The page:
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SQUINTY AND THE DOG

from Squinty The Comical Pig





Squinty was a little pig. You could tell he was a pig just as soon as
you looked at him, because he had the cutest little curly tail, as
though it wanted to tie itself into a bow, but was not quite sure
whether that was the right thing to do. And Squinty had a skin that was
as pink, under his white, hairy bristles, as a baby's toes.

Also Squinty had the oddest nose! It was just like a rubber ball,
flattened out, and when Squinty moved his nose up and down, or sideways,
as he did when he smelled the nice sour milk the farmer was bringing for
the pigs' dinner, why, when Squinty did that with his nose, it just made
you want to laugh right out loud.

But the funniest part of Squinty was his eyes, or, rather, one eye. And
that eye squinted just as well as any eye ever squinted. Somehow or
other, I don't just know why exactly, or I would tell you, the lid of
one of Squinty's eyes was heavier than the other. That eye opened only
half way, and when Squinty looked up at you from the pen, where he lived
with his mother and father and little brothers and sisters, why there
was such a comical look on Squinty's face that you wanted to laugh right
out loud again.

In fact, lots of boys and girls, when they came to look at Squinty in
his pen, could not help laughing when he peered up at them, with one eye
widely open, and the other half shut.

"Oh, what a comical pig!" the boys and girls would cry. "What is his
name?"

"Oh, I guess we'll call him Squinty," the farmer said; and so Squinty
was named.

Perhaps if his mother had had her way about it she would have given
Squinty another name, as she did his brothers and sisters. In fact she
did name all of them except Squinty.

One of the little pigs was named Wuff-Wuff, another Curly Tail, another
Squealer, another Wee-Wee, and another Puff-Ball. There were seven pigs
in all, and Squinty was the last one, so you see he came from quite a
large family. When his mother had named six of her little pigs she came
to Squinty.

"Let me see," grunted Mrs. Pig in her own way, for you know animals have
a language of their own which no one else can understand. "Let me see,"
said Mrs. Pig, "what shall I call you?"

She was thinking of naming him Floppy, because the lid of one of his
eyes sort of flopped down. But just then a lot of boys and girls came
running out to the pig pen.

The boys and girls had come on a visit to the farmer who owned the pigs,
and when they looked in, and saw big Mr. and Mrs. Pig, and the little
ones, one boy called out:

"Oh, what a queer little pig, with one eye partly open! And how funny he
looks at you! What is his name?"

"Well, I guess we'll call him Squinty," the farmer had said. And so,
just as I have told you, Squinty got his name.

"Humph! Squinty!" exclaimed Mrs. Pig, as she heard what the farmer said.
"I don't know as I like that."

"Oh, it will do very well," answered Mr. Pig. "It will save you thinking
up a name for him. And, after all, you know, he _does_ squint. Not that
it amounts to anything, in fact it is rather stylish, I think. Let him
be called Squinty."

"All right," answered Mrs. Pig. So Squinty it was.

"Hello, Squinty!" called the boys and girls, giving the little pig his
new name. "Hello, Squinty!"

"Wuff! Wuff!" grunted Squinty.

That meant, in his language, "Hello!" you see. For though Squinty, and
his mother and father, and brothers and sisters, could understand man
talk, and boy and girl talk, they could not speak that language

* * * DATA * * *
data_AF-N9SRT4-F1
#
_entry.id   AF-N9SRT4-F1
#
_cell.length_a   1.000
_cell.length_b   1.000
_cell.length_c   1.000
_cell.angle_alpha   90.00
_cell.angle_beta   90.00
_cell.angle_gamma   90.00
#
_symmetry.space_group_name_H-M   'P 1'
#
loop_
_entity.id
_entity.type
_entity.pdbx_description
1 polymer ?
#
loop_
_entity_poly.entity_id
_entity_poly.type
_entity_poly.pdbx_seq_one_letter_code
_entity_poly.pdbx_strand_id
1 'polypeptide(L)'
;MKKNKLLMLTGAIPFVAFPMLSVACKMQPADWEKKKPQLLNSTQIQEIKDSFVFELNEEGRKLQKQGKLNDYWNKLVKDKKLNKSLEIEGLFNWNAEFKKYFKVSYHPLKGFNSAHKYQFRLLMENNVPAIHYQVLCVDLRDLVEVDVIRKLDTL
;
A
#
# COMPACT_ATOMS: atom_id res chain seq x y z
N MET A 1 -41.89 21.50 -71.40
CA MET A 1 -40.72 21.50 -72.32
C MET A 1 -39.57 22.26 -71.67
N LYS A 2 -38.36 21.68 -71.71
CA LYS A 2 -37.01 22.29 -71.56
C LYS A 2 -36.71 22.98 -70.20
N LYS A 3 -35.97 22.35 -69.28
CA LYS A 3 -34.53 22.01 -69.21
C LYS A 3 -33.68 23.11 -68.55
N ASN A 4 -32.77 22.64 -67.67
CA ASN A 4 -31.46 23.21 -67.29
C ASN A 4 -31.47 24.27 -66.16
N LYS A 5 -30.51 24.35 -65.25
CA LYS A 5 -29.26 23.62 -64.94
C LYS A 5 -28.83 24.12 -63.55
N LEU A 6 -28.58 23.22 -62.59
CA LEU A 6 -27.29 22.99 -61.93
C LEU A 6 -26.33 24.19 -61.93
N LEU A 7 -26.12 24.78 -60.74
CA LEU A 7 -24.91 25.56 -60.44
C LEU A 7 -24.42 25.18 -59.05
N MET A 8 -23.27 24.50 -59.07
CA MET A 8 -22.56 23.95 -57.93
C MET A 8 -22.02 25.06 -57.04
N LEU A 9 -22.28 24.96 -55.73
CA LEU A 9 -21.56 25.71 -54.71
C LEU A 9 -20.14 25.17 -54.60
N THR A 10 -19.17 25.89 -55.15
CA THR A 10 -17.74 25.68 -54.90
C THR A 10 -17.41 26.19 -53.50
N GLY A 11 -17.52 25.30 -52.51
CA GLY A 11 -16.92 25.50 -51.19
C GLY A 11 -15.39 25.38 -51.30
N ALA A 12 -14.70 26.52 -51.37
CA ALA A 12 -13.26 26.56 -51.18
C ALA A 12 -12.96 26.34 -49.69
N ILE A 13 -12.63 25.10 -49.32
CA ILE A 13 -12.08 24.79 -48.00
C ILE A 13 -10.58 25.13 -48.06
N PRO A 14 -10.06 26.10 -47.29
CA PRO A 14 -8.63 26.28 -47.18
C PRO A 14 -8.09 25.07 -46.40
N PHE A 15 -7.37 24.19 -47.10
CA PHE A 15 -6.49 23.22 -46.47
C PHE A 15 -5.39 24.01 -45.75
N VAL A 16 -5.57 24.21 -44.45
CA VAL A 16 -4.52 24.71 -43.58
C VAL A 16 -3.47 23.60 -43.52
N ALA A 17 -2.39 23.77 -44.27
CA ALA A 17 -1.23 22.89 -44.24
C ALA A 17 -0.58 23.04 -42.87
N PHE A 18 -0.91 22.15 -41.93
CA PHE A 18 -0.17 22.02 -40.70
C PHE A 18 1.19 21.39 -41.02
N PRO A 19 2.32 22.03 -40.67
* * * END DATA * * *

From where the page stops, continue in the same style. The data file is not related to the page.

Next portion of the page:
themselves, but had to talk in their own way.

Nearly all animals understand our talk, even though they can not speak
to us. Just look at a dog, for instance. When you call to him: "Come
here!" doesn't he come? Of course he does. And when you say: "Lie down,
sir!" doesn't he lie down? that is if he is a good dog, and minds? He
understands, anyhow.

And see how horses understand how to go when the driver says "Gid-dap!"
and how they stop when he says "Whoa!" So you need not think it strange
that a little pig could understand our kind of talk, though he could not
speak it himself.

Well, Squinty, the comical pig, lived with his mother and father and
brothers and sisters in the farmer's pen for some time. As the days went
on Squinty grew fatter and fatter, until his pink skin, under his white
bristles, was swelled out like a balloon.

"Hum!" exclaimed the farmer one day, as he leaned over the top of the
pen, to look down on the pigs, after he had poured their dinner into the
trough. "Hum! That little pig, with the squinty eye, is getting pretty
big. I thought he was going to be a little runt, but he seems to be
growing as fast as the others."

Squinty was glad when he heard that, for he wanted to grow up to be a
fine, large pig.

The farmer took a corn cob, from which all the yellow kernels of corn
had been shelled, and with it he scratched the back of Squinty. Pigs
like to have their backs scratched, just as cats like to have you rub
their smooth fur, or tickle them under the ears.

"Ugh! Ugh!" grunted Squinty, looking up at the farmer with his comical
eyes, one half shut and the other wide open. "Ugh! Ugh!" And with his
odd eyes, and one ear cocked forward, and the other flopping over
backward, Squinty looked so funny that the farmer had to laugh out loud.

"What's the matter, Rufus?" asked the farmer's wife, who was gathering
the eggs.

"Oh, it's this pig," laughed the farmer. "He has such a queer look on
his face!"

"Let me see!" exclaimed the farmer's wife.

She, too, looked down into the pen.

"Oh, isn't he comical!" she cried.

Then, being a very kind lady, and liking all the farm animals, the
farmer's wife went out in the potato patch and pulled up some pig weed.

This is a green weed that grows in the garden, but it does no good
there. Instead it does harm, and farmers like to pull it up to get rid
of it. But, if pig weed is no good for the garden, it is good for pigs,
and they like to chew the green leaves.